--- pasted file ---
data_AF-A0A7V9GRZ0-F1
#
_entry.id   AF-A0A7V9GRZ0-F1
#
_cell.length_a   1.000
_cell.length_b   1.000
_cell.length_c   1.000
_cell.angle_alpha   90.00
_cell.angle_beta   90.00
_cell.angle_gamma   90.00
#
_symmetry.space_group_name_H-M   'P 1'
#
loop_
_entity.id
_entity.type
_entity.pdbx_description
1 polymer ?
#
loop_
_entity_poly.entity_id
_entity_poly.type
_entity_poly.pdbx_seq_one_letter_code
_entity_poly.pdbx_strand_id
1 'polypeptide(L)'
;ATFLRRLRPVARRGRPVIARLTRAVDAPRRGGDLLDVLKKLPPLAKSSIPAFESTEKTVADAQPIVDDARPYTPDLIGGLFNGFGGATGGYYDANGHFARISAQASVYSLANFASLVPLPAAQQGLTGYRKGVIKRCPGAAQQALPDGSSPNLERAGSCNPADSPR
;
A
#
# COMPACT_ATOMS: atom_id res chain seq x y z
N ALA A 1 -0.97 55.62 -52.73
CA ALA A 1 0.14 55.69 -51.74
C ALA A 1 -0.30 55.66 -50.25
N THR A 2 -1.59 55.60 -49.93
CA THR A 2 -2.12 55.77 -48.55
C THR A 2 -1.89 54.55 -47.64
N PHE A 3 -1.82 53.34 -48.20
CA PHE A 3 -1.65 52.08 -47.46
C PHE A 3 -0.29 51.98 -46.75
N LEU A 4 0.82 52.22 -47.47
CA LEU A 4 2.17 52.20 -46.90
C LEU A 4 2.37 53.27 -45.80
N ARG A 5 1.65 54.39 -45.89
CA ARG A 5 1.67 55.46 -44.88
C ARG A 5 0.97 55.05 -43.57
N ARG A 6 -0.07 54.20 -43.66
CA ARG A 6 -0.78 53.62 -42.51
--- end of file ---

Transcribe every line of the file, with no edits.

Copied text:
data_AF-A0A7V9GRZ0-F1
#
_entry.id   AF-A0A7V9GRZ0-F1
#
_cell.length_a   1.000
_cell.length_b   1.000
_cell.length_c   1.000
_cell.angle_alpha   90.00
_cell.angle_beta   90.00
_cell.angle_gamma   90.00
#
_symmetry.space_group_name_H-M   'P 1'
#
loop_
_entity.id
_entity.type
_entity.pdbx_description
1 polymer ?
#
loop_
_entity_poly.entity_id
_entity_poly.type
_entity_poly.pdbx_seq_one_letter_code
_entity_poly.pdbx_strand_id
1 'polypeptide(L)'
;ATFLRRLRPVARRGRPVIARLTRAVDAPRRGGDLLDVLKKLPPLAKSSIPAFESTEKTVADAQPIVDDARPYTPDLIGGLFNGFGGATGGYYDANGHFARISAQASVYSLANFASLVPLPAAQQGLTGYRKGVIKRCPGAAQQALPDGSSPNLERAGSCNPADSPR
;
A
#
# COMPACT_ATOMS: atom_id res chain seq x y z
N ALA A 1 -0.97 55.62 -52.73
CA ALA A 1 0.14 55.69 -51.74
C ALA A 1 -0.30 55.66 -50.25
N THR A 2 -1.59 55.60 -49.93
CA THR A 2 -2.12 55.77 -48.55
C THR A 2 -1.89 54.55 -47.64
N PHE A 3 -1.82 53.34 -48.20
CA PHE A 3 -1.65 52.08 -47.46
C PHE A 3 -0.29 51.98 -46.75
N LEU A 4 0.82 52.22 -47.47
CA LEU A 4 2.17 52.20 -46.90
C LEU A 4 2.37 53.27 -45.80
N ARG A 5 1.65 54.39 -45.89
CA ARG A 5 1.67 55.46 -44.88
C ARG A 5 0.97 55.05 -43.57
N ARG A 6 -0.07 54.20 -43.66
CA ARG A 6 -0.78 53.62 -42.51